One of the problems that CX faces is that, despite the universality of the issues it seeks to resolve, there is no clear, agree-upon definition of what customer experience is and means. That is, its definition is as tied to its category as its solution is. Defining what CX is and how it gets managed is fully-dependent on the context of the case.
One of the other problems that seems to be a near-universal hurdle for CX practitioners is that, in many cases, it still lives inside the organization as a marketing initiative and not an operational one. One leading practitioner I spoke with even went so far as to say that if your CX initiative doesn’t have the real, express support of the CEO then you should hang it up and not waste your money because it will never get beyond the first silo wall. Ouch.
On the other hand, there are plenty of CX practitioners who are experiencing broad successes from deep within the operational trenches. We spoke with two of them recently to get their views on – and predictions for – CX success this coming year. Carthey Van Dyke is VP of Customer Success at Gryphon.ai, and her counterpart, Michele Tilton, VP of Marketing at Gryphon.ai.
Talk to us about what you as see as the bigger factors that CX practitioners will have to deal with? What does the CX practitioner’s customer journey look like this year?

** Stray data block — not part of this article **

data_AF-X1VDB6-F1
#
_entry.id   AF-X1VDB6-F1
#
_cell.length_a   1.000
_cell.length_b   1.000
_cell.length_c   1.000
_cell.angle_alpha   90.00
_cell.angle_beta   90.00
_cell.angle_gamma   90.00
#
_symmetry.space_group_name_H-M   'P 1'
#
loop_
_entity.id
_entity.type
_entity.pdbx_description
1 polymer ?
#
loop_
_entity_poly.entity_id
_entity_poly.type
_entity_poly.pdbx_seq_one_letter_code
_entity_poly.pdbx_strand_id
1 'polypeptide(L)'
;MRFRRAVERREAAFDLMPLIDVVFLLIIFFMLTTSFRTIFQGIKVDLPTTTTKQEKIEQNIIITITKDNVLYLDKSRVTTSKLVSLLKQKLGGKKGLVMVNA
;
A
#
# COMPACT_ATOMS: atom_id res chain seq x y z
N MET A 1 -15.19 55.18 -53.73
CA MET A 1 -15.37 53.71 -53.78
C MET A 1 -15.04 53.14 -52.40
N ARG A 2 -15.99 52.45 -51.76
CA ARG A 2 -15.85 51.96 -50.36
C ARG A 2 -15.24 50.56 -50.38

“Throughout 2022, the customer experience will continue to grow in importance across all verticals. Figuring out how to hit the perfect balance of automated versus personal touch will be a topic that will continue to be hashed out. And as more people go back to the office the re-emergence of onsite visits will bring another interesting complexity of when to add this back to the mix of interactions.”
Good points. I’m wondering though, how some of the workplace paradigm shifts will affect the course of that thinking? There are a lot of people who have chosen to leave their skilled positions and that, in turn has affected all kinds of things that could skew an otherwise solid CX strategy.
“Real-time guided selling and coaching has taken the market by storm for a few reasons. First, consumers continue to expect real-time responses at their fingertips, whether online or over the phone. They want answers to their questions instantly. Companies who provide accurate, real-time responses to consumers will thrive over the competition.
Second, the Great Resignation has resulted in mass hiring initiatives, with companies needing to ramp new employees faster than ever before. Guided selling enables less tenured employees to contribute to revenue exponentially quicker than traditional onboarding programs.
Third, companies are beginning to realize that Intellectual Property of their top performers is part of the value of their organization. By capturing conversations and providing best-in-class recommendations, they are able to leverage this IP and quickly disseminate this information to all staff, raising the bar across the organization.”